Minister of State Sean Fleming, who represents the Laois-Offaly constituency, has called on the Carroll meat plant in Tullamore to voluntarily close.
Three of four meat processing plants in the midlands are not reopening today, after recent outbreaks of Covid-19.
150 workers tested positive for the virus at Kildare Chilling, 86 at O'Brien Fine Foods in Timahoe and nine at the Irish Dog Food Factory in Naas.
Carroll Cuisine in Tullamore was open on Monday morning. Nine staff members had previously tested positive for Covid-19.
The company said 200-plus employees were tested for the virus on Sunday and the situation had not escalated. It said a deep clean was also being carried out.
“I am calling on them to close, to show solidarity with the local community,” Mr Fleming told RTÉ radio’s Today with Sarah McInerney show.
“I expect that before this day is out that this factory will close. Three out of the four have done the right thing.”
Mr Fleming said that if the Carroll meat plant “doesn’t do the right thing” then the State will have to take action.
If all four factories at which there were outbreaks of Covid-19 in recent days were closed down it would be “a big boost” to public confidence, he added.
He was encouraging the Carroll meat plant to close down voluntarily so that the State would not have to do so.
“They should do the right thing.”
It was important to remember that the counties of Laois, Offaly and Kildare were not in lockdown, he said. People can still go to the shops, they can still go to work, even outside the three county area.
The onus was on management in the meat companies to ensure that they have a safe work environment for their staff. Mr Fleming called for “rolling” testing in meat plants as had been done in nursing homes.
Keeping community transmission down was vital, he warned, as the State was facing into the “single biggest logistical exercise” in the coming weeks with the reopening of schools. “We have to be very vigilant.”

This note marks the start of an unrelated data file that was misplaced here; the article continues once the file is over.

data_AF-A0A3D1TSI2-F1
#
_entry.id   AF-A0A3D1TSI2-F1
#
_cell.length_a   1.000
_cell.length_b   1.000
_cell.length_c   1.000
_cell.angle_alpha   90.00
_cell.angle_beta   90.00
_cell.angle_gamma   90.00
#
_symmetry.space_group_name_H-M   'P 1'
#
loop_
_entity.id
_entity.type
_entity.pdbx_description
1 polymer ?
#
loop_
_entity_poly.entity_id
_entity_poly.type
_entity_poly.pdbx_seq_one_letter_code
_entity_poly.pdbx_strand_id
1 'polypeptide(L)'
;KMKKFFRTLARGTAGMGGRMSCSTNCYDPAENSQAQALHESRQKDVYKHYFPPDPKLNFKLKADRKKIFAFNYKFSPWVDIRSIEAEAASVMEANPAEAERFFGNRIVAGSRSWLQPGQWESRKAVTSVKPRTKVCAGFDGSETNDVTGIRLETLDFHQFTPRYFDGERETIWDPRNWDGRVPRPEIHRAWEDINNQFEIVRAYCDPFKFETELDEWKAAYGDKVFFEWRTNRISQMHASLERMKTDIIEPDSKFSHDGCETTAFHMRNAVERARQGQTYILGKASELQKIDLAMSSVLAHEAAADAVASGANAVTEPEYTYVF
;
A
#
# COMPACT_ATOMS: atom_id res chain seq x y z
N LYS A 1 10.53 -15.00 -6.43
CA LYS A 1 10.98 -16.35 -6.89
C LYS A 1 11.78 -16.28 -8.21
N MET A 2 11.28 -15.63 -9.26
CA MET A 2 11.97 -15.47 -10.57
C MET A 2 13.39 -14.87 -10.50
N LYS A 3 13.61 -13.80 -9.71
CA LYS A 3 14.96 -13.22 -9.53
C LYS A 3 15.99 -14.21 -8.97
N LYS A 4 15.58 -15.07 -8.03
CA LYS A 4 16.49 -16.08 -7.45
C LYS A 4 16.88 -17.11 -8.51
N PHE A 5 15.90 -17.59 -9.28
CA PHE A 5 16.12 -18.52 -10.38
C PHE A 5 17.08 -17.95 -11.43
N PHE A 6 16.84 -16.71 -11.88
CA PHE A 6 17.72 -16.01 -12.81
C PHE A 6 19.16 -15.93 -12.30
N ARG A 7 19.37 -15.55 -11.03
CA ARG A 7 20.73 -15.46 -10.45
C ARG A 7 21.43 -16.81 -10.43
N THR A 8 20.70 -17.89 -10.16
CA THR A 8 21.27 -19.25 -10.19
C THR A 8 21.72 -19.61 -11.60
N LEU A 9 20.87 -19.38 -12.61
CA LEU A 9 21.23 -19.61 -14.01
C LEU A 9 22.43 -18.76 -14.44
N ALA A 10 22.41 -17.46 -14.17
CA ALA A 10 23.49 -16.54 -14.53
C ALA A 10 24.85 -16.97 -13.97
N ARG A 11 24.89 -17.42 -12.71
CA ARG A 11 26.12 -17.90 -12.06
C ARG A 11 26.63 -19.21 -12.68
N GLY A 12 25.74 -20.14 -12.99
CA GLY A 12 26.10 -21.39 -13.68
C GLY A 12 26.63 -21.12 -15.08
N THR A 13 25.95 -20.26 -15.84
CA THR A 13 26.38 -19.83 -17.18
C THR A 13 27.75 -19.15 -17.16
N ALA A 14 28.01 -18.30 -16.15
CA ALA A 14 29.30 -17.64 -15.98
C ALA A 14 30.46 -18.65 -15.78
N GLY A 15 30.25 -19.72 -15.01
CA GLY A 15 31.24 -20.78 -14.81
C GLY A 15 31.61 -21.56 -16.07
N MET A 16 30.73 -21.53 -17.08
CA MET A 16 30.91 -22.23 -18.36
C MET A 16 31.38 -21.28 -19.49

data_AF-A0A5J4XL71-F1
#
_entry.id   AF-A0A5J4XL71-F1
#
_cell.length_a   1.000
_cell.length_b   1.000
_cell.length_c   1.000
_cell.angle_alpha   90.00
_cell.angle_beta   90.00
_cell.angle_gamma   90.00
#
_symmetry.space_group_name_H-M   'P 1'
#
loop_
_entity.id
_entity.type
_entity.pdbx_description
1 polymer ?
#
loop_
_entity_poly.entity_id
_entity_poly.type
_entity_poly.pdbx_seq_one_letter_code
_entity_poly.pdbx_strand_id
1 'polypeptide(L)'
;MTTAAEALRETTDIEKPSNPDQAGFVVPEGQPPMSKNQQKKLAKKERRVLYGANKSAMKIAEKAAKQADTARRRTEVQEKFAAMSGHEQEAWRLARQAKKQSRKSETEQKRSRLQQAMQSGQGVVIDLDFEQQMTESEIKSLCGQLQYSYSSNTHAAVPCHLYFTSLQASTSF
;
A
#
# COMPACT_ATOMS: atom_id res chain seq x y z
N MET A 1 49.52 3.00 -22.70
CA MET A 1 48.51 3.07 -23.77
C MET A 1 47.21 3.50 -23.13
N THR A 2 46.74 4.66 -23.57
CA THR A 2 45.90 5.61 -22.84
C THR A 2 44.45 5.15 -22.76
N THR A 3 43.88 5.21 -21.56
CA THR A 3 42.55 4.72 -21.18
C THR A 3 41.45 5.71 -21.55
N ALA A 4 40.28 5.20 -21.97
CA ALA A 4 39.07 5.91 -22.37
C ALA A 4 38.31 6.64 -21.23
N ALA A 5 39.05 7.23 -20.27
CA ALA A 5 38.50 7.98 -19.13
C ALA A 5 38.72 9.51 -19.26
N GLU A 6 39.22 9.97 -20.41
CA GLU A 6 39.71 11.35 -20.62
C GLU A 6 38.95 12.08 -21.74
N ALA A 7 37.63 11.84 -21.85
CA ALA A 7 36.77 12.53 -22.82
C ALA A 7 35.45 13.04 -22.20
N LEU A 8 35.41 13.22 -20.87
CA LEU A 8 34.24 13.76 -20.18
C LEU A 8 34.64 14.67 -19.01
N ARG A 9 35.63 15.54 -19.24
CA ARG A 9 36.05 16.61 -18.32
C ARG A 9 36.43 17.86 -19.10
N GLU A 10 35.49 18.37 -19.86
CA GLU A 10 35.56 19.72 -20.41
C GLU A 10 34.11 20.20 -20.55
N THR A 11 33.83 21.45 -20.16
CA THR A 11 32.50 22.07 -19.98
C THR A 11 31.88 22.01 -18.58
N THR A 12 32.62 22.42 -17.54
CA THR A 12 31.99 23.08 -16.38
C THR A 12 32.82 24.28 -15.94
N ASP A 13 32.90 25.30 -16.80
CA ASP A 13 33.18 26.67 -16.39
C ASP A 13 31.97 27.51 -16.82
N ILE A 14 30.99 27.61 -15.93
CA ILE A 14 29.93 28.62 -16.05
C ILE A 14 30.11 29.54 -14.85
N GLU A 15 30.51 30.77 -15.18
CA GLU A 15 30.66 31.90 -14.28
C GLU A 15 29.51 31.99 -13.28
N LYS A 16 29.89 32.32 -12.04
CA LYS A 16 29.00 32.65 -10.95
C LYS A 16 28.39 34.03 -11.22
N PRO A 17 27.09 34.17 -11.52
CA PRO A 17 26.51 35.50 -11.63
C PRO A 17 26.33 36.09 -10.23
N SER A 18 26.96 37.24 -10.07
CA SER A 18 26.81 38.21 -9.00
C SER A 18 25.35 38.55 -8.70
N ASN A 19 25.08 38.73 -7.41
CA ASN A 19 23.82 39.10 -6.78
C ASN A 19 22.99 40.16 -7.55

On the same programme Sinn Féin’s David Cullinane said that any factory that was a source of an outbreak should be closed. It was odd for a Minister of State to call on a factory to voluntarily close down “over the airwaves” he said.
There had to be an onus on companies to comply with regulations, but they could not operate under self assessment, he said.
“If any company cannot operate within the guidelines then it should close.”
Mr Cullinane said he had figures from the HSA that showed there were 570 inspectors who carried out 230 inspections in July which worked out at one inspection for every two inspectors.
“That’s not enough.”
Meanwhile, Siptu says it is not optimistic ahead of a meeting with Meat Industry Ireland to discuss Covid-19 outbreaks in factories.
“We now have over 10% of workers infected by Covid. Nine out 10 do not have a sick pay scheme,” said Greg Ennis, of Siptu.
“And we’ve heard horror stories of workers living in cramped conditions in the Midlands, sharing accommodation and that is the perfect storm for Covid transmission.
“So it behoves Meat Industry Ireland and the Government to ramp up their approach to this.”
Earlier, Tánaiste Leo Varadkar expressed regret at the issue of blame for the spread of Covid-19 which he says is “creeping” into Irish society.
People are blaming American tourists, young people and migrant workers he told RTÉ radio’s Morning Ireland.
Mr Varadkar pointed out that 100 workers in meat plants had died in the US.
Fortunately that had not been the case in Ireland, he said.
This was a continuing problem and there was a need to get back to basics and to contain the amount of Covid-19 cases in the community.
Mr Varadkar also pointed out that under public health legislation the Health Service Executive (HSE) has the power to order the closure of Carroll's Cuisine in Tullamore.
An ‘outbreak’ team is working at present to assess measures necessary at the Carroll plant which remains open while three other factories in the Kildare, Loais and Offaly closed following the discovery of clusters.